The vast majority of ultra-Orthodox NYC residents immunize their children, much the same as the general population. But a small but organized subset of the community, who have ties to the national anti-vaccination movement, have been organizing and spreading their anti-vaccination message through hotlines, conference calls, pamphlets and on the encrypted messaging service WhatsApp.

New York City Health Commissioner Oxiris Barbot took to Twitter to call out the event, writing, “To hold an anti-vaccination rally in the middle of an outbreak is beyond irresponsible, it is downright dangerous.”

Word about Tuesday’s event had spread through WhatsApp groups, word of mouth, flyers stuck to telephone poles and through recorded messages blasted from car speakers around Borough Park.

Other polemic speakers slated to address the crowd included Rabbi Hillel Handler, who in a speech at the recent anti-vaccine symposium in Monsey blamed “illegals,” for spreading disease, and said the focus on measles was a distraction crafted by Mayor Bill de Blasio, whom he called a “sneaky, sneaky fellow,” citing his German heritage.

Rabbi Handler’s messages that the city was targeting Jews instead of other groups seemed to have permeated at least some of the audience members. Heshy Friedman showed up to the event with his own signs that read “Why does the mayor not close down the gay movement that is spreading deadly AIDS but shut down yeshivas for measles that is not deadly?”

“We believe the mayor is harassing the Jewish community because he’s trying to shut our private Jewish schools for just measles…and yet he’s not gonna stop the gays from having their clubs and their parades,” Friedman said, drawing a false, homophobic connection between vaccinations, the AIDS virus, and the gay community.

 

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Anger Over Ultra-Orthodox Freeloading and Power of Minority “Kingmakers” Could Destroy Israel

It’s Thursday night at the Mahane Yehuda market in west Jerusalem, where the music is thumping and the drinks are flowing. When a bottle breaks, the crowds erupt with a chorus of “mazel tov”, or congratulations.

But as some ultra-Orthodox Jewish men in traditional black suits, side locks, and thick skullcaps pass by, Ad Shamsi’s face sours. “What do they have to do here?” asks the 56-year-old Jewish Israeli, who is kicking off the weekend at an outside bar.

This is a glimpse of the intra-religious tension that in part led Israel’s parliament last week to dissolve itself and hold a fresh election – just seven weeks after the last one – following a deadlock between two rightwing factions at odds over a proposal to draft the ultra-Orthodox into Israel’s military.

Since Israel’s founding, the ultra-Orthodox – also called the Haredim – have been exempted from military service, which is mandatory for all Jewish Israeli school leavers. The various ultra-Orthodox sects see it as a religious commandment to only study Jewish texts and separate themselves from modern society. They consequently receive government subsidies to study rather than work, along with general social services and benefits relating to unemployment, poverty and their large numbers of children.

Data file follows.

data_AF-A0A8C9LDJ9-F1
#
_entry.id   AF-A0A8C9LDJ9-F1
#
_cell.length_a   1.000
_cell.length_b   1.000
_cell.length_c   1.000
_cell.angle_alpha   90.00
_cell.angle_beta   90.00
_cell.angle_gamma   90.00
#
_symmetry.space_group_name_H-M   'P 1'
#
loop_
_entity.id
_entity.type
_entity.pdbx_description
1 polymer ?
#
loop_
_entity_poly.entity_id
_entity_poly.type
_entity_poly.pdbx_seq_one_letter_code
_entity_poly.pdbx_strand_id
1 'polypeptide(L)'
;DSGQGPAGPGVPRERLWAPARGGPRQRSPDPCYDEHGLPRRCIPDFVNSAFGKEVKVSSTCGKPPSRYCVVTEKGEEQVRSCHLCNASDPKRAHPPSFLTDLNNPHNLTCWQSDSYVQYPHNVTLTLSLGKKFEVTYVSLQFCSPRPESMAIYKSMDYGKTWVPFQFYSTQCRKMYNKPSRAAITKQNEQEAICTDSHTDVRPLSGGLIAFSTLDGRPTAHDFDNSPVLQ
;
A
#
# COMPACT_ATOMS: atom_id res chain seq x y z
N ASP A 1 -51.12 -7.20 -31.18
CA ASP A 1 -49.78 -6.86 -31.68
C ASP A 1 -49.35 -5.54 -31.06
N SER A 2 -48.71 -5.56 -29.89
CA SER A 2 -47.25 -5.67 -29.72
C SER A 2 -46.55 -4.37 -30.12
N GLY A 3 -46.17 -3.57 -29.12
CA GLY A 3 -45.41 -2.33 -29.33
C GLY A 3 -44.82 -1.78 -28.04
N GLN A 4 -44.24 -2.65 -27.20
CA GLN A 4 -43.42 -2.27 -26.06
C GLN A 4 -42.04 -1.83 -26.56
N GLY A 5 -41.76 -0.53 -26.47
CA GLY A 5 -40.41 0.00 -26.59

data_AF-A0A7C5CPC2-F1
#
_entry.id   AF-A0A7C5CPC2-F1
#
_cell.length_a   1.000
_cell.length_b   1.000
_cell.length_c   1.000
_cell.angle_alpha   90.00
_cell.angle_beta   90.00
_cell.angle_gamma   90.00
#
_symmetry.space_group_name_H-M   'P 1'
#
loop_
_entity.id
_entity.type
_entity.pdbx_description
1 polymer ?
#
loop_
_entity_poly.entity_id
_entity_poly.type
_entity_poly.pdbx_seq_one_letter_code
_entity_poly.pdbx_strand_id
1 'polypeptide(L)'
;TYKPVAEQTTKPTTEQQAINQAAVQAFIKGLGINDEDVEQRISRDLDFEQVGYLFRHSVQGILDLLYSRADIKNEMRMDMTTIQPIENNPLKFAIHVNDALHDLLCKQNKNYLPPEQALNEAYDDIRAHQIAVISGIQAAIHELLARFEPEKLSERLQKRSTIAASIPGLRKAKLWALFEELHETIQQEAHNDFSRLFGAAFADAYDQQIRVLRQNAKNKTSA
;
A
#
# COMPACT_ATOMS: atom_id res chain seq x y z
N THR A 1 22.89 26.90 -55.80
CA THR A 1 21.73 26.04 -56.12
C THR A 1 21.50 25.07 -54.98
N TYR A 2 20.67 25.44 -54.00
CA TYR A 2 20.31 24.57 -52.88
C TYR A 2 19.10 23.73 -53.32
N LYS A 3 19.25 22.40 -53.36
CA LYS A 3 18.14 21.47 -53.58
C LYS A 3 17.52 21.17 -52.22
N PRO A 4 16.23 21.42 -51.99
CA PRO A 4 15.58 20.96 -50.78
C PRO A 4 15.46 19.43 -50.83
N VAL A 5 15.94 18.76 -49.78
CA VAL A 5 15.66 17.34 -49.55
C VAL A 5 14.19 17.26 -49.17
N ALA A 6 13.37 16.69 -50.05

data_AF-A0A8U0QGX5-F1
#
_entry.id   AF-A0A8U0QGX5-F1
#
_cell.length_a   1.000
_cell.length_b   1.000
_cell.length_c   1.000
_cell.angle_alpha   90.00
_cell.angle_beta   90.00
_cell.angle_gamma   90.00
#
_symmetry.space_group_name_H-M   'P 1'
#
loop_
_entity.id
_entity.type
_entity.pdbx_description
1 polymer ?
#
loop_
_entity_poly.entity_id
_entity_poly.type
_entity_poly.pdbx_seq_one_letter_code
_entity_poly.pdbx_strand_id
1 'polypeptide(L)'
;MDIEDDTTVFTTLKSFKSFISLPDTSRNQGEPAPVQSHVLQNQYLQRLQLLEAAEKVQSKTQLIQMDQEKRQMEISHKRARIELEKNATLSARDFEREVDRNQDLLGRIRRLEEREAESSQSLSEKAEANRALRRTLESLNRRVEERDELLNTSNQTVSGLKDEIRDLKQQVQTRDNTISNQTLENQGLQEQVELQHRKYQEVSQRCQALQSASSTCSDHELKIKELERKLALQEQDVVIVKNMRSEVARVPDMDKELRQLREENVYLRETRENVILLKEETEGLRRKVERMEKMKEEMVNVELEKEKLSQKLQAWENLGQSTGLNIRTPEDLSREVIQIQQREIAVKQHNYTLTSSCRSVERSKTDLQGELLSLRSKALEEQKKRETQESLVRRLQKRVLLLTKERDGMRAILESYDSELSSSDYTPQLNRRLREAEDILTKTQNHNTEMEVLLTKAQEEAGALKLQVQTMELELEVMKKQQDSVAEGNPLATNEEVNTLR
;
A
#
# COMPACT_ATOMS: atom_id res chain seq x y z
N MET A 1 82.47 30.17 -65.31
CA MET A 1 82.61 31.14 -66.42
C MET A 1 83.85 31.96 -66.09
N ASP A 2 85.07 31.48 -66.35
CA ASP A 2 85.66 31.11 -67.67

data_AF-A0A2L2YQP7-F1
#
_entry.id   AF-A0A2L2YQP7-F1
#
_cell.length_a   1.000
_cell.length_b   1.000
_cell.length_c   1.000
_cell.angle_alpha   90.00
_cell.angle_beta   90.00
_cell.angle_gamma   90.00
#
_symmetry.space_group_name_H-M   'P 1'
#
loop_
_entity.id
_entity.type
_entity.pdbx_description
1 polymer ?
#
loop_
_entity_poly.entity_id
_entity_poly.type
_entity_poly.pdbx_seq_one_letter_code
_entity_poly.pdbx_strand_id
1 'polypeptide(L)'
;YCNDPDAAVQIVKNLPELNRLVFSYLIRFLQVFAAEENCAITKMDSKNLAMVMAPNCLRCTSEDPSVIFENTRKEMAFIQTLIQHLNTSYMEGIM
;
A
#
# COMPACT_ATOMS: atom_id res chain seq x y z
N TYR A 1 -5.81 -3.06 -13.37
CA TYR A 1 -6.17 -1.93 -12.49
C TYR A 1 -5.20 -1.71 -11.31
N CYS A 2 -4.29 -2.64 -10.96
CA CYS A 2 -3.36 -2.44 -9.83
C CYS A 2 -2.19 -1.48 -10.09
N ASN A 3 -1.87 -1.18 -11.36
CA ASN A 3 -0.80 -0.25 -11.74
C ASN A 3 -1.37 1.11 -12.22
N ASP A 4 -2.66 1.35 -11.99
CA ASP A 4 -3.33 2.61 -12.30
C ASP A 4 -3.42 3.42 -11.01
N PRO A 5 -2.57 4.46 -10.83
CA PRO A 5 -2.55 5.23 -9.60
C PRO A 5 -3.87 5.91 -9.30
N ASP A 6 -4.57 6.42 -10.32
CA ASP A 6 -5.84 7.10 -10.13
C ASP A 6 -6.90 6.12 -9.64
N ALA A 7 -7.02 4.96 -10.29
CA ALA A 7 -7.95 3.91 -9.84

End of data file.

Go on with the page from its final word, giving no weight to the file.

Today the ultra-Orthodox, an umbrella term for different sects and communities, are 10% of Israel’s population of more than 8.5 million – and are growing fast.

They have strategically cultivated a role as kingmakers in Israeli politics, making or breaking coalitions based on which politicians best support their interests.

The military symbolises the antithesis of traditional ultra-Orthodox principles. It represents time away from studying, a mixing of genders against religious prohibitions and a vast melting pot in which young people are taught to be a certain kind of Israeli. For average Jewish Israelis, to be a good citizen is to serve in the military. (Palestinian citizens of Israel, who make up 20% of the population, are exempt from service because of the ongoing conflict.)

Shamsi is an avid supporter of Benjamin Netanyahu, the prime minister, and his rightwing, national religious policies. He wears a kippa, or Jewish head covering, thinks shops should close on the Sabbath in keeping with strict Jewish law, and supports Israel’s presence in the occupied Palestinian Territories. He lives in Ramot, an increasingly ultra-Orthodox neighbourhood on the outskirts of Jerusalem considered an illegal settlement under international law.

He has no patience with the ultra-Orthodox Jews who do not serve in the military yet receive subsidies from the government, all while not actually studying — in his mind epitomised by the young Haredi men coming to check out the secular bar scene on a Thursday night. “Why do I need to do three years [in the military] and him not?” Shamsi asks. “Why do I need to pay for everything and not them?”

A few minutes’ walk from the bars of Mahane Yehuda is Mea She’arim, historically the most intense ultra-Orthodox neighbourhood in Jerusalem. Here, men dress in various styles of black hats and suits, depending on their sect, and walk fast, so as not to appear to be wasting time away from studying. Plastered on walls along narrow streets are posters listing deaths and other notices – a key source of information for communities that shun the internet.

A sign near a bustling supermarket informs passers-by: “It is forbidden to participate in elections.”

Some ultra-Orthodox sects do not recognise the state of Israel, saying the Bible prescribes that it can only come into existence with the coming of the Messiah. For others, there is a more pointed boycott of elections now in protest over what they see as the Haredi parties’ failure to be hardline enough on the issue of conscription.

 

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The Ultra-Orthodox Free-Loaders in Israel Posing Existential Threat to Israel and to Jews